From Patrick Bonnaure, Founder of ProLedge Bookkeeping Services.
The bookkeeping profession is as unregulated as it gets. There are no official certifications like they have for CPAs, financial planners and many other white collar service professions. It’s a good thing as I’ll explain below, but it leaves many small business owners wondering how to identify the good from the bad among bookkeepers. In this profession, education and certifications don’t mean a whole lot, but if there is a certification that carries any significant weight, it is Intuit’s QuickBooks ProAdvisor.
When a small business owner hires a bookkeeper, the primary objective is to find someone to manage the books without having to pay for the high rates that CPAs charge. There are very few professions that are as clearly defined by how much they cost as the bookkeeping profession. The objective in the life of a bookkeeper is to be more cost effective than a CPA for day-to-day functions and let the CPA deal with the issues that only CPAs are allowed to deal with: advisory services, taxes, audits, financial reporting, etc…
There is a very direct correlation between education and price and that’s why it is so essential to keep the bookkeeping profession unregulated. The more certification and education you expect from your bookkeeper, the greater the price you need to be prepared to pay for. Does it mean that your bookkeeper needs to be a high school drop-out? Not at all! Like in any profession, there are bad professionals and excellent ones. There is a clear hierarchy of competency within the bookkeeping profession itself. Because it is so unregulated, the difference between a bad bookkeeper and a good one is staggering, so the challenge is to figure out how to calibrate the competency of a bookkeeper. How can you tell?
Certification is part of the answer, but not all of it. Some of the very best bookkeepers out there don’t have a single certification. Like with so many other professions, recruiting a bookkeeper is an art that requires you to weigh many factors. Certification is only one of many factors to take into consideration. However, if you have to take certifications into consideration, which one should you look at? Intuit’s Certified QuickBooks ProAdvisor. No question. There are a few bookkeeping associations in the US that carry their own certification, but Intuit is the undisputed leader in the certification space. They are of course a for-profit company and their certification is extremely self-serving: it’s a way to further promote QuickBooks. However, Intuit and QuickBooks have become so dominant in the small business bookkeeping space, that they are now the de facto standard.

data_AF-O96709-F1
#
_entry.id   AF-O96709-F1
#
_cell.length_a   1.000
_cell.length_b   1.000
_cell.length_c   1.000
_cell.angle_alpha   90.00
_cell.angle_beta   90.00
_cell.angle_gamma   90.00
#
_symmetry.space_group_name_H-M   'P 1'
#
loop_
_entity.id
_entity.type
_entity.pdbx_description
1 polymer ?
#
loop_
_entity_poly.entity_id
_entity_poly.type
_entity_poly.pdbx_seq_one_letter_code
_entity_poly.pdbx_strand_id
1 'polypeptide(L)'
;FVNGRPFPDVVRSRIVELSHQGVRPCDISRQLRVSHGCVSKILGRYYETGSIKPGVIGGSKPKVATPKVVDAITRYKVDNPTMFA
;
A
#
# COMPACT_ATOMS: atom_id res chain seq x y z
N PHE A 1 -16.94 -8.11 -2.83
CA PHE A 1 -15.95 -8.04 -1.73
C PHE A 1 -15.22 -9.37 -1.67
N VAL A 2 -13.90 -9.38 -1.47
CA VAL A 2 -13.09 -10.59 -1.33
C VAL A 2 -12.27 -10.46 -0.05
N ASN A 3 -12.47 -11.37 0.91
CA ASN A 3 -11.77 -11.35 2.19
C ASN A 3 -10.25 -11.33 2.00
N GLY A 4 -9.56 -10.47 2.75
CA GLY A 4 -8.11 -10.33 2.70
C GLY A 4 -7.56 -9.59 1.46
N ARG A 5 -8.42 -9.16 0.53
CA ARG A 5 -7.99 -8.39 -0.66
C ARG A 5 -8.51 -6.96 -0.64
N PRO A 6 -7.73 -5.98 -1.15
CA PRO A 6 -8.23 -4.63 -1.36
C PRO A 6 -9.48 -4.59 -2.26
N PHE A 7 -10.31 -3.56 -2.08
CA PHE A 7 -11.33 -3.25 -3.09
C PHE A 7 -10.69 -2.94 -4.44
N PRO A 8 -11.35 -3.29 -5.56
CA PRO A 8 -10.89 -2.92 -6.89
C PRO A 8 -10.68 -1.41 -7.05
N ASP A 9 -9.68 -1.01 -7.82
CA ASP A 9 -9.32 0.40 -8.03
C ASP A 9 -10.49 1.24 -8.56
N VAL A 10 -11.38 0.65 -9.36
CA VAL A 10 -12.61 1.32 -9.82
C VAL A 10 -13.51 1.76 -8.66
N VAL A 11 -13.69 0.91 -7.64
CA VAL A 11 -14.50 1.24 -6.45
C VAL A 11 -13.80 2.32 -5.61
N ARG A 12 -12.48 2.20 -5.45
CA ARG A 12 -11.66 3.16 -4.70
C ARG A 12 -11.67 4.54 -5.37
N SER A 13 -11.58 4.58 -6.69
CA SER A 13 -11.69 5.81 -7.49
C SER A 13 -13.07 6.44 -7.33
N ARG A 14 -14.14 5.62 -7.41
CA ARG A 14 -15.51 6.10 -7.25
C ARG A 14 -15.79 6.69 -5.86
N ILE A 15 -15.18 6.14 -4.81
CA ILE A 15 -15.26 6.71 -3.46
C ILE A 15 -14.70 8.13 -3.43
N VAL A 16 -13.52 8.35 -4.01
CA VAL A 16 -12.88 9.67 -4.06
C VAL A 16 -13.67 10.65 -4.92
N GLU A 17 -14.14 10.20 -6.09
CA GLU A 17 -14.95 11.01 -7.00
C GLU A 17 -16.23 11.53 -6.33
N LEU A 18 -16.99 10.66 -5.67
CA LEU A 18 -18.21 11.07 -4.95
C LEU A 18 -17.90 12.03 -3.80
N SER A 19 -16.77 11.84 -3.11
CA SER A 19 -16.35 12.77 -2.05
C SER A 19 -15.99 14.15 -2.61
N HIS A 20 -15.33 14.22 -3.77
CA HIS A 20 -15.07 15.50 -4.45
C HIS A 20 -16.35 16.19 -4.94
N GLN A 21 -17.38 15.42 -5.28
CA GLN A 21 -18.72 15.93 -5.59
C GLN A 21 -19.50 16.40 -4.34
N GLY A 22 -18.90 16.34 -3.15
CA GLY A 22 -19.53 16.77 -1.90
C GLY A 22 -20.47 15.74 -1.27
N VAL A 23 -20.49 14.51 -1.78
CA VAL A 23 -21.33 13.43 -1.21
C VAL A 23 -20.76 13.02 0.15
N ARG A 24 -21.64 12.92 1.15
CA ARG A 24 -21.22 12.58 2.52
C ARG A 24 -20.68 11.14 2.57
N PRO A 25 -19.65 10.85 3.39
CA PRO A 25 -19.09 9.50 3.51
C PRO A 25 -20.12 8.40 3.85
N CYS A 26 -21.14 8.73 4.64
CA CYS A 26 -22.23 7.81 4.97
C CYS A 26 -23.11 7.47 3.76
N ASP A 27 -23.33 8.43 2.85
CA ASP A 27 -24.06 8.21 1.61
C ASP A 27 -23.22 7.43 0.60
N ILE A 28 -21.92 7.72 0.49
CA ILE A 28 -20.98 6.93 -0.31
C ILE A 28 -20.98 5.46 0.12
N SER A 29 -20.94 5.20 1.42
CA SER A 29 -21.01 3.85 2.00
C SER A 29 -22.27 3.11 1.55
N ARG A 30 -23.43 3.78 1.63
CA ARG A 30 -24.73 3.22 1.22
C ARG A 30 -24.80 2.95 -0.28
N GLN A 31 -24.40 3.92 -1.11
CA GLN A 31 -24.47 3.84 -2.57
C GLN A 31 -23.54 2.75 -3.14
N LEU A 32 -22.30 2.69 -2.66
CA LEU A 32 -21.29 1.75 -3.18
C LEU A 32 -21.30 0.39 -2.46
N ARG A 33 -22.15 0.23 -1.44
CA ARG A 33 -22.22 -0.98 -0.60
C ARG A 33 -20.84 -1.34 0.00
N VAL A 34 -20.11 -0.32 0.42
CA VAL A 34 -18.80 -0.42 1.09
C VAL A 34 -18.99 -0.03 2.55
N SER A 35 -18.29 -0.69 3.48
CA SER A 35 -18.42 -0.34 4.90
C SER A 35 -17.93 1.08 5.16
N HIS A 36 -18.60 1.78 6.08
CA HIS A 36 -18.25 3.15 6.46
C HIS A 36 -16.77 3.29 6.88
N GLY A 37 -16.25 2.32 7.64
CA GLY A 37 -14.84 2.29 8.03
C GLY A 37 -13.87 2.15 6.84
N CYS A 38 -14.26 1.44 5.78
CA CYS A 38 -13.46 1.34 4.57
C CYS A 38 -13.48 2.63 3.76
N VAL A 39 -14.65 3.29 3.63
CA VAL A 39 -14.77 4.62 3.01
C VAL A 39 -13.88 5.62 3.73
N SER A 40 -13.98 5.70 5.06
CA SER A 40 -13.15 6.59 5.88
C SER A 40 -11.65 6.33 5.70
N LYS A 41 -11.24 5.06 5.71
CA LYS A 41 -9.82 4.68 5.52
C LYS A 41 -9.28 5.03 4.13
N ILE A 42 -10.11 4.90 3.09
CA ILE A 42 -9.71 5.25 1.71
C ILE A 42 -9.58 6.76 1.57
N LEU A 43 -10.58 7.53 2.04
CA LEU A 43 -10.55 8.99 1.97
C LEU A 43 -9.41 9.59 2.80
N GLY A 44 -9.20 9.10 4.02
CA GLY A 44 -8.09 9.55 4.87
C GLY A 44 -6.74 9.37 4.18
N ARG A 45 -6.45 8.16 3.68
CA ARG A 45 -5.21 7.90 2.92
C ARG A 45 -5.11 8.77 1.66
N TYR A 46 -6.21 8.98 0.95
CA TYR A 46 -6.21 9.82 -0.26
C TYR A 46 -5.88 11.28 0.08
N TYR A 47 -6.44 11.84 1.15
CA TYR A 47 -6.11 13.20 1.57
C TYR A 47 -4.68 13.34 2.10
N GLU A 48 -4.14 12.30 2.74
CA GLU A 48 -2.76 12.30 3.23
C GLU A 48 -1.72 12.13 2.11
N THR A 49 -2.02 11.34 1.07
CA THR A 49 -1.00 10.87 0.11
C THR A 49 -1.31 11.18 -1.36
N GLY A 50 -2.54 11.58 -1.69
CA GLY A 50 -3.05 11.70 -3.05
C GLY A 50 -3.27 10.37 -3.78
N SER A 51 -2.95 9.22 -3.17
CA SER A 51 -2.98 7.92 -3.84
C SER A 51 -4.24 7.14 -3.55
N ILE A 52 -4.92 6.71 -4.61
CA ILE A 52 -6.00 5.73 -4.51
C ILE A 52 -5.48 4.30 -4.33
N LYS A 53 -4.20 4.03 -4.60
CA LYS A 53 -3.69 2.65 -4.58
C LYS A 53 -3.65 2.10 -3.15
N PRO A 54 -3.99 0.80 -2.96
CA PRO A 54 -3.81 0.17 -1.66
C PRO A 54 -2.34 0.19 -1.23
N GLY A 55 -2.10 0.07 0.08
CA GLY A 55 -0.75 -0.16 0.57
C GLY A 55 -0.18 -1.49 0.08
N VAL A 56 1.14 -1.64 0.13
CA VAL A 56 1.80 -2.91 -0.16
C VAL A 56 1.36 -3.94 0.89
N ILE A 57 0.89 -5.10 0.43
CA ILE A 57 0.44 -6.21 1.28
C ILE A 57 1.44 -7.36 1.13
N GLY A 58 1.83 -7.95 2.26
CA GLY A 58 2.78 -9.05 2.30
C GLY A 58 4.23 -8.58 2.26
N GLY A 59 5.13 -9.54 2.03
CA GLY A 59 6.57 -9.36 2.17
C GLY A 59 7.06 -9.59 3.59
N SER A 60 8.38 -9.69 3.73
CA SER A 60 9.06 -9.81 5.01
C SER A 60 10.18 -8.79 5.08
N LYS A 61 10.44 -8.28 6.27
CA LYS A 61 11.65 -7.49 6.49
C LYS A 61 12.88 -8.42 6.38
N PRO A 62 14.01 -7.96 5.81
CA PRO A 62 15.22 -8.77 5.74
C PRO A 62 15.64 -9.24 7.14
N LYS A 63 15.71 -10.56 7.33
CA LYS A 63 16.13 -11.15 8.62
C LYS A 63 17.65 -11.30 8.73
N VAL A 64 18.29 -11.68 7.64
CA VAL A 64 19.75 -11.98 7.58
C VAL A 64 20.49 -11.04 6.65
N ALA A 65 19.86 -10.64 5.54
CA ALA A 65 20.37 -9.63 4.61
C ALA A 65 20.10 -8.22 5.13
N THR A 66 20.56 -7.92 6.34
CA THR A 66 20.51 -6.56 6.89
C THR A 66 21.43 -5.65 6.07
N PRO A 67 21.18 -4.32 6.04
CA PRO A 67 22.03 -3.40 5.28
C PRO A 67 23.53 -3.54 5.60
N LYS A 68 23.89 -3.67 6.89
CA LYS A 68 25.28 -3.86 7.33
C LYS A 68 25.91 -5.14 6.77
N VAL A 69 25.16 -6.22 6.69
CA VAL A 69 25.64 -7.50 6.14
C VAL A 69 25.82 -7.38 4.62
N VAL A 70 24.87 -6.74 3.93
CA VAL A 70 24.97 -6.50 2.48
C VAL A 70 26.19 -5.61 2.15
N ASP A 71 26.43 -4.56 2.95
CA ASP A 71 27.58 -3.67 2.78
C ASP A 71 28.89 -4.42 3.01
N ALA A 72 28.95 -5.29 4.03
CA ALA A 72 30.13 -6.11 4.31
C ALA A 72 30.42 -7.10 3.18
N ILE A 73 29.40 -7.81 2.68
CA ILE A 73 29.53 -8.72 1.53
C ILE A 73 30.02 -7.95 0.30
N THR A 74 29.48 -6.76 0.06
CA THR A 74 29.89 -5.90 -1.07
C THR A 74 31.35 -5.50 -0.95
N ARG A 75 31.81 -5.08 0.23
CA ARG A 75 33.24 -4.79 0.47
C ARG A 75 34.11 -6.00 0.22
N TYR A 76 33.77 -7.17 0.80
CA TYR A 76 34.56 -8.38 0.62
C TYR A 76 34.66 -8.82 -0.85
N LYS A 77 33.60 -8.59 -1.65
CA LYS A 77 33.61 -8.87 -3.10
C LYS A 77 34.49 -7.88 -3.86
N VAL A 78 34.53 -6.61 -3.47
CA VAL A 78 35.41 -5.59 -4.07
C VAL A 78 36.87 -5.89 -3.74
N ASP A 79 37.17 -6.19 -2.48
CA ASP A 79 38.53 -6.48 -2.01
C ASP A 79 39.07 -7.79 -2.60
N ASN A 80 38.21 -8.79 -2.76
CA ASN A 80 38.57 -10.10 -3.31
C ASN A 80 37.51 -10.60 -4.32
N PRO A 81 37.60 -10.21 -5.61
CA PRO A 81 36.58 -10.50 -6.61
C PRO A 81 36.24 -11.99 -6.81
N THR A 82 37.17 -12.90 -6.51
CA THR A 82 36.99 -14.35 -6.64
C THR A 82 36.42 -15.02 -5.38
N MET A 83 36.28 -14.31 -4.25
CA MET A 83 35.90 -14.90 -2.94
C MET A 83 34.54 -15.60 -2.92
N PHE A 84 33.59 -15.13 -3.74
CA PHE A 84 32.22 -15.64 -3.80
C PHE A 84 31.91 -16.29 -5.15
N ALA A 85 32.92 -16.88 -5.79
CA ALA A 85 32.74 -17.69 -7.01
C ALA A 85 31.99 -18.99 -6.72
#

Intuit’s QuickBooks ProAdvisor program is very well done. It is membership based and costs about $400 per year. As a ProAdvisor member, you get access to free software, a special hotline for technical support and certification programs. Their basic certification requires you to pass an online test that focuses on your understanding of how to best leverage QuickBooks. The certification is specific to the year of the product’s release. You can be ProAdvisor Certified for QuickBooks 2010, 2011, etc… Once you have been certified for 3 years in a row, you become eligible to pass the Advanced ProAdvisor certification. You also can get certifications for specialized products such as QuickBooks Point of Sale and QuickBooks Enterprise. The more certifications you accumulate, the higher the rates you can charge. One word of caution: if you see people claiming to be a QuickBooks ProAdvisor, it just means that they paid the $400 fee for the year. It doesn’t mean that they are certified. Look for the word “Certified” in “Certified QuickBooks ProAdvisor”.
Are these certifications worth anything? The basic certification exam is not very difficult to pass, but the fact that a bookkeeper is Certified QuickBooks ProAdvisor shows you that this bookkeeper invested money and time to get it. This in itself is very telling. It demonstrates that this bookkeeper is ambitious and committed to the job. So many bookkeepers out there are doing bookkeeping just as a filler while they looking for a better job, that knowing that your bookkeeper is dedicated enough to get certified is very important.
Getting Advanced Certified ProAdvisor is a lot harder than the regular certification, and you should expect to pay a hefty premium for an Advanced Certified ProAdvisor bookkeeper. In most cases, Advanced Certified ProAdvisors stop offering day-to-day bookkeeping services and focus on “QuickBooks Consulting” which is essentially the art of special projects, such as complex configurations, setups and cleanups. Advanced ProAdvisors can easily charge as much as CPAs, because CPAs are typically not QuickBooks experts. CPAs can typically make their way around QuickBooks and fix common issues because of their deep accounting background, but Advanced ProAdvisors can do things with QuickBooks that almost no CPAs can.
However, for most small businesses who need on-going bookkeeping support (daily, weekly, monthly), Advanced Certified ProAdvisors are overkill and too pricey. The best way to select your bookkeeper is by looking at their experience, checking references and performing criminal background checks. If they are Certified QuickBooks ProAdvisor, consider it a big plus, but not a requirement.